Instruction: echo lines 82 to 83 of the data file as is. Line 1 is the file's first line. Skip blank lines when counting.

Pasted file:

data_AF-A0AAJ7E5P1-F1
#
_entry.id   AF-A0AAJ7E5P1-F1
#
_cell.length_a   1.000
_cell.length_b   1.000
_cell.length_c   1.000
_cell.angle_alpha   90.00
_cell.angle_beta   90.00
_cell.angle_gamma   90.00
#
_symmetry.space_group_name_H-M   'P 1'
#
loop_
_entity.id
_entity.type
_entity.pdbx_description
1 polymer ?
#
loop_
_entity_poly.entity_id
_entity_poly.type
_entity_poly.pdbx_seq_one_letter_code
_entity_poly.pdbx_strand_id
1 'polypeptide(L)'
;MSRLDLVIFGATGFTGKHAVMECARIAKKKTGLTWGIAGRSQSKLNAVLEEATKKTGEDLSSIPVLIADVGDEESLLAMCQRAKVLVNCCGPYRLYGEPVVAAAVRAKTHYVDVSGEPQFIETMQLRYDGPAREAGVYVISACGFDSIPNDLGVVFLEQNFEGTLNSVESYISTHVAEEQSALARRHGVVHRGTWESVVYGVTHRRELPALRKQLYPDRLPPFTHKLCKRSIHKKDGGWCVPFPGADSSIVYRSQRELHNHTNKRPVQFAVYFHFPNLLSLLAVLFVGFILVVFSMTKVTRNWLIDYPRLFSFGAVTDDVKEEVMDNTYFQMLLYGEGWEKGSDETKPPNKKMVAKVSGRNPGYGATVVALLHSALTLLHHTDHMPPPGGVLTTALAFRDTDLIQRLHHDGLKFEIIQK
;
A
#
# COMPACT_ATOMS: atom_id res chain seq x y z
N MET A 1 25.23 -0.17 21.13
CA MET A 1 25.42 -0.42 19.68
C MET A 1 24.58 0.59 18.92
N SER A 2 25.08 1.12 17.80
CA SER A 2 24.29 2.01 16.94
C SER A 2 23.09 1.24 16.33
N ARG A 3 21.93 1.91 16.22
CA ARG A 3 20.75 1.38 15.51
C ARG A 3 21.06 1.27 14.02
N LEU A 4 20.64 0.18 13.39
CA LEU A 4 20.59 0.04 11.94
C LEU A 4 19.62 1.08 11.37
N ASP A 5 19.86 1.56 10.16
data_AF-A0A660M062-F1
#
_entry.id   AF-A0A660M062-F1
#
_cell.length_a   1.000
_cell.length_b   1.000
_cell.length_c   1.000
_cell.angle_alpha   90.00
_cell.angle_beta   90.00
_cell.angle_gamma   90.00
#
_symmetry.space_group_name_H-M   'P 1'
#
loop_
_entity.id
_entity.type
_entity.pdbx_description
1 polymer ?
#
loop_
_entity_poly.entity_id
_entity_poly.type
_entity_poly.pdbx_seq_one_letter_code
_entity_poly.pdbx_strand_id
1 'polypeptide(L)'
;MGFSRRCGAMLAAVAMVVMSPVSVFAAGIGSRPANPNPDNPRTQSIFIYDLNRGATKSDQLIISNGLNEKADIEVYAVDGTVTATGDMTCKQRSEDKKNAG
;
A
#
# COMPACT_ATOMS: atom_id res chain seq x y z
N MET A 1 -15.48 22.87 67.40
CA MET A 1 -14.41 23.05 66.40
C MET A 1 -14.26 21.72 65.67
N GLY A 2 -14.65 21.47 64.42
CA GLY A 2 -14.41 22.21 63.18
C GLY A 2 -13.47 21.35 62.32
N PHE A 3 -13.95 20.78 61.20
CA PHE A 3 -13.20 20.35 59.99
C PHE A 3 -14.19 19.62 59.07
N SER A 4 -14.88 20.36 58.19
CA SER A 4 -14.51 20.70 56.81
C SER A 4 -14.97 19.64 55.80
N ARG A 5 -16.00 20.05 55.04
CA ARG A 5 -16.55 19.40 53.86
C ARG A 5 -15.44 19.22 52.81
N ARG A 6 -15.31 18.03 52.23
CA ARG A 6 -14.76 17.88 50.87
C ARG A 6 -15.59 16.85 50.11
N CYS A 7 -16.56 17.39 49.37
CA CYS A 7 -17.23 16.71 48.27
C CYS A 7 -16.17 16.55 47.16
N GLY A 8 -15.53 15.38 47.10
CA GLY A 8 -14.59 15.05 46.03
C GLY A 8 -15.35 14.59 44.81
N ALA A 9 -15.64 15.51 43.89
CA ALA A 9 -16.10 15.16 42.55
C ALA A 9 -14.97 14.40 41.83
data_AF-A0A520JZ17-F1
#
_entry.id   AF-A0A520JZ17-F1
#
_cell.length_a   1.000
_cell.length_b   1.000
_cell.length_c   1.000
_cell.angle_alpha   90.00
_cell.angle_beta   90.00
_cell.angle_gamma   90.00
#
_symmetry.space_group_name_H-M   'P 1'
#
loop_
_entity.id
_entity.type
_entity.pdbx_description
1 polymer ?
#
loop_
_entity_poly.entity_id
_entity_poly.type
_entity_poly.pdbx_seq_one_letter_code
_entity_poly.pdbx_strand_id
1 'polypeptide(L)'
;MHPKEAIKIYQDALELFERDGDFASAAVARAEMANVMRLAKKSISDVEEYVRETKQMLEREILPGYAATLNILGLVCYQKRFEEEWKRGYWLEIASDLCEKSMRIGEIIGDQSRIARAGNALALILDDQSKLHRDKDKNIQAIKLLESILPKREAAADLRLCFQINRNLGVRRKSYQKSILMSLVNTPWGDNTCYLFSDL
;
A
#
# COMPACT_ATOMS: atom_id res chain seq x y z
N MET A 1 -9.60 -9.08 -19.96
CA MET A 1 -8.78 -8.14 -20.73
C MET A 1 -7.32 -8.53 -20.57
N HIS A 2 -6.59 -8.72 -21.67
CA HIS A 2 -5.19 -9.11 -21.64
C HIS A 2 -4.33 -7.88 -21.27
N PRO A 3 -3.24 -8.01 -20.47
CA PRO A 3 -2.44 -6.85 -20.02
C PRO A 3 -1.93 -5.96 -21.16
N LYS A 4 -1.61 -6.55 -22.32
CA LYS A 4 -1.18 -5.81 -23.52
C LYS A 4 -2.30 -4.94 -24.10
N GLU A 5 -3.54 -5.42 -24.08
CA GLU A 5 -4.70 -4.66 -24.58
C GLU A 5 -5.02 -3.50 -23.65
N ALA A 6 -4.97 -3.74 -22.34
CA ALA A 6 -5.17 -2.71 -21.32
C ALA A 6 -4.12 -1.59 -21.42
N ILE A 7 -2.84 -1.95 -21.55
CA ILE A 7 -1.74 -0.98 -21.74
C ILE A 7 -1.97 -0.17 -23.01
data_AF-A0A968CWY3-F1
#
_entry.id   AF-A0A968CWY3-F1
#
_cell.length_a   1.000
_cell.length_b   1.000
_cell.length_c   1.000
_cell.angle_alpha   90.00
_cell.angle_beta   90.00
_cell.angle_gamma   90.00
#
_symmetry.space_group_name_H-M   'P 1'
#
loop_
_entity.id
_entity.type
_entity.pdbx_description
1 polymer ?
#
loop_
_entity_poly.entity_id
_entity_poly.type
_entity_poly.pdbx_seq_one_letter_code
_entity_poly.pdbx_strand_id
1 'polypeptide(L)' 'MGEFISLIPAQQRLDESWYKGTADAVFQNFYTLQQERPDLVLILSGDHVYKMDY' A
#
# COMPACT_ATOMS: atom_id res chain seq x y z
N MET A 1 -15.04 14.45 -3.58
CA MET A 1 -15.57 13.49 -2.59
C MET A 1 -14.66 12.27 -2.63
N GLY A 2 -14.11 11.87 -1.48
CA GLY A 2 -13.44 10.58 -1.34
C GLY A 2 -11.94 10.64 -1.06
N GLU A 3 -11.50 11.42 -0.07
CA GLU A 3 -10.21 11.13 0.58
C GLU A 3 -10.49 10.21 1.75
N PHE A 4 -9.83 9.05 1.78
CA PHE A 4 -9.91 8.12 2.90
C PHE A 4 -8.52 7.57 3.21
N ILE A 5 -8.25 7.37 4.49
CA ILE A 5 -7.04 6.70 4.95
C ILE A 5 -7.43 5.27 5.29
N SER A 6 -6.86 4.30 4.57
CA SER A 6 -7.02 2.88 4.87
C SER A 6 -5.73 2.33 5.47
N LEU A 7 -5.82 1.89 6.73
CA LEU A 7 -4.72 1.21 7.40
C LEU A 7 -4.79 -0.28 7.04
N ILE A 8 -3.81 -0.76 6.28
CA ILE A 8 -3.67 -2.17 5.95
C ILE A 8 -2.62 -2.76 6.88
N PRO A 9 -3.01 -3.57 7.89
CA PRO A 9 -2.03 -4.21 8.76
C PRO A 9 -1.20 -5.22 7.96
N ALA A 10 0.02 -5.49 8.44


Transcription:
C PHE A 3 -14.19 19.62 59.07
N SER A 4 -14.88 20.36 58.19